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This year, The Lawyer’s annual ranking of the largest UK law firms by turnover is available as an interactive, digital benchmarking tool. For the first time this will allow you to manipulate each data set against the metrics of your choice.
Barlow Lyde & Gilbert joined magic circle firms Allen & Overy (A&O) and Freshfields Bruckhaus Deringer in last weekend's emergency negotiations to provide temporary insurance cover for UK airlines against risk of terrorist attacks.
Barlow Lyde partner Michael Mendelowitz advised Global Aerospace Underwriting Managers, the underwriting agents of a specially-formed insurance company called Troika. The company had to be set up, receive Government backing and be authorised by the Financial Services Authority in just one weekend. Mendelowitz said: "Once the Chancellor Gordon Brown had announced that the Government would provide the aviation insurance cover that was no longer commercially available, all of the parties involved and their lawyers cooperated and worked around the clock to draft and negotiate a set of complex agreements against an extremely tight deadline." Troika is sponsored by brokers Aon, Marsh and Willis. It is able to underwrite aviation liability risks as the Treasury has granted indemnity through a reinsurance contract. A&O represented the consortium of brokers, while Freshfields acted on behalf of the Treasury.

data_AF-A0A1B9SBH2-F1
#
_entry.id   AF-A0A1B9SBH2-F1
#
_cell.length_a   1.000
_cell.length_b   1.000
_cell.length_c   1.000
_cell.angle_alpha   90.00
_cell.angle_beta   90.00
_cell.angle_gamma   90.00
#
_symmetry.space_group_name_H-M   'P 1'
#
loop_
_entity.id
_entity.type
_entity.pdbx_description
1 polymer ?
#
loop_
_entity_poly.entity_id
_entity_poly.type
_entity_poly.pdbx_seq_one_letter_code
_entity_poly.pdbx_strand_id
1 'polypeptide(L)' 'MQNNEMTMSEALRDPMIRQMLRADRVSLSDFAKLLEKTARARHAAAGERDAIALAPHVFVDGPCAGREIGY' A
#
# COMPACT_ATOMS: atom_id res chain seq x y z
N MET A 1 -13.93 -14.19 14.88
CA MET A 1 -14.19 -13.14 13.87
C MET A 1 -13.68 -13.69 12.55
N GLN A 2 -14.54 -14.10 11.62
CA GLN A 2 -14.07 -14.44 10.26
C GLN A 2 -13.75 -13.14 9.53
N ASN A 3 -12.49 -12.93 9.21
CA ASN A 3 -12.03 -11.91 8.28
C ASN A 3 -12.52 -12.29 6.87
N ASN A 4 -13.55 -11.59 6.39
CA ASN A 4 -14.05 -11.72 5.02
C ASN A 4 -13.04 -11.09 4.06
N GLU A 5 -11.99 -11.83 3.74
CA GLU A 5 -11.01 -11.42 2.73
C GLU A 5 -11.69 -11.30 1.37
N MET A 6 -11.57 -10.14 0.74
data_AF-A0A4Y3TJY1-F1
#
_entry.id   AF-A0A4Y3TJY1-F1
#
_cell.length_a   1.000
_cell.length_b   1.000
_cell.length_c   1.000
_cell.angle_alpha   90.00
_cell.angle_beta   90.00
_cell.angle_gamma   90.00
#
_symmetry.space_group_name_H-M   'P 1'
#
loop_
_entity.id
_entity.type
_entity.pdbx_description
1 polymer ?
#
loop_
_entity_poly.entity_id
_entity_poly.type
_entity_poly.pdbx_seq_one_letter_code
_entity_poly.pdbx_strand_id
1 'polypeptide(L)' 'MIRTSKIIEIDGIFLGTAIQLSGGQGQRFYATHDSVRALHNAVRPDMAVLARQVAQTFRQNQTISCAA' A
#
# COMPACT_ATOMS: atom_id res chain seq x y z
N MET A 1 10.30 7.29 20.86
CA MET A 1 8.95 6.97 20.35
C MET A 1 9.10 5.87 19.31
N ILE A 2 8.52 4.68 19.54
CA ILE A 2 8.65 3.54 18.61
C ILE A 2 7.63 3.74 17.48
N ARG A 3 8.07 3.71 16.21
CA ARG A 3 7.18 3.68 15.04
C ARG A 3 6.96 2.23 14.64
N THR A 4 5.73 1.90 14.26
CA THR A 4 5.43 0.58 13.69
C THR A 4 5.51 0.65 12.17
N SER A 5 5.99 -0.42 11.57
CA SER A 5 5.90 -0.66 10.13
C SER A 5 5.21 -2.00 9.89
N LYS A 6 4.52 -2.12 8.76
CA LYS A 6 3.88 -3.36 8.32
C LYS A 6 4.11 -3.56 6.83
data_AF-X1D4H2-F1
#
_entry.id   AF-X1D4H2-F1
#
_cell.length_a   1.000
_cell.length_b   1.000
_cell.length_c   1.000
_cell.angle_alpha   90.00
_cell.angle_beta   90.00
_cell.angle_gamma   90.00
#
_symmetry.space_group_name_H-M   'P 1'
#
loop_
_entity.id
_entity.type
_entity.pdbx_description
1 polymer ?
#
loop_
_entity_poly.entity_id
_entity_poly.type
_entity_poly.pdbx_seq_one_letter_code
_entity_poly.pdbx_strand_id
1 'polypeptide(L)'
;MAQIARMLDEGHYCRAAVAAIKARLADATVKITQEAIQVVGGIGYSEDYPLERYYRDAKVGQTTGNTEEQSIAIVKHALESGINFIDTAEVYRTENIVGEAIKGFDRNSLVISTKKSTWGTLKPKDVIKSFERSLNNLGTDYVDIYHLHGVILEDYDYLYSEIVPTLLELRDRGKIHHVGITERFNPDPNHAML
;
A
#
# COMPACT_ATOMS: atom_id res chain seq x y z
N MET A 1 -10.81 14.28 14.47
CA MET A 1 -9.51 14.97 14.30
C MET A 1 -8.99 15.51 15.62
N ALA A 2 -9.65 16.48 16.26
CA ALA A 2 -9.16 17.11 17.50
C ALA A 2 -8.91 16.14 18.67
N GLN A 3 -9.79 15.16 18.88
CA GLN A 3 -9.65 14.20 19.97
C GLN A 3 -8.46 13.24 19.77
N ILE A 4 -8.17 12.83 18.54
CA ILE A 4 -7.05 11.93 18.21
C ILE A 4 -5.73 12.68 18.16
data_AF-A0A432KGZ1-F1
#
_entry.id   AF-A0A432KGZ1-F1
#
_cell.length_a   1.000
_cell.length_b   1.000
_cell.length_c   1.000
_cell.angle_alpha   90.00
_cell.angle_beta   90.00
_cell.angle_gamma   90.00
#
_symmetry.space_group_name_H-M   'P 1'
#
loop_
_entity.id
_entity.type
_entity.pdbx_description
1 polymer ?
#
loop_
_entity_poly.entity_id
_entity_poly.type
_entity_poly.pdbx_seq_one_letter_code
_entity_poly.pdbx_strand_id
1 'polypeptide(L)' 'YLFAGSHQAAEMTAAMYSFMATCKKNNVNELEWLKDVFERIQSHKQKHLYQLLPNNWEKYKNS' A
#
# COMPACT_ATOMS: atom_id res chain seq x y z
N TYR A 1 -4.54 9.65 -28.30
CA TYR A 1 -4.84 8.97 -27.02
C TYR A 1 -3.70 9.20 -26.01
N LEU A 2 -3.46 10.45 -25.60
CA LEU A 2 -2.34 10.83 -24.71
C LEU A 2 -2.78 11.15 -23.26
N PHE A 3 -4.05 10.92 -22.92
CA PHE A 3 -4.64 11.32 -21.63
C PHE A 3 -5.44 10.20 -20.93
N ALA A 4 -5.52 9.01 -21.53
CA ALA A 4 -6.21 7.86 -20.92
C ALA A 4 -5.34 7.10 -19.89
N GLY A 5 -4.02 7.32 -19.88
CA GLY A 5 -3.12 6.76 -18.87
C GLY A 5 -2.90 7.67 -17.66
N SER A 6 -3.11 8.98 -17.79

"The challenge of providing a solution which has kept the UK aviation industry flying was formiddable" Guy Beringer, Allen & Overy
A&O brought out its big guns for the deal, with senior partner Guy Beringer leading the team. Corporate partner Ian Stanley and head of the insurance group Michael Brown were also involved. Beringer said: "The challenge of providing a solution which has kept the UK aviation industry flying, within such a short timescale, was formidable." This short-term rescue package was essential for UK airlines following the withdrawal of insurance cover by the international commercial aviation insurance market. Airlines would have been forced to remain on the ground had this scheme not been completed. For an initial period of a month, the Treasury will deliver replacement insurance for UK airlines. Should the cover need to be extended, airlines will have to pay premiums based on commercial rates prior to the terrorist attacks in the US. The Freshfields team was led by partners Graham Nicholson and Ian Poynton. Andrew Renshaw in the Brussels office was also called in to assist in handling EU issues. Nicholson said: "A lot of people all worked extremely hard to put the deal together. The weekend went in a bit of a blur, but there are plenty more."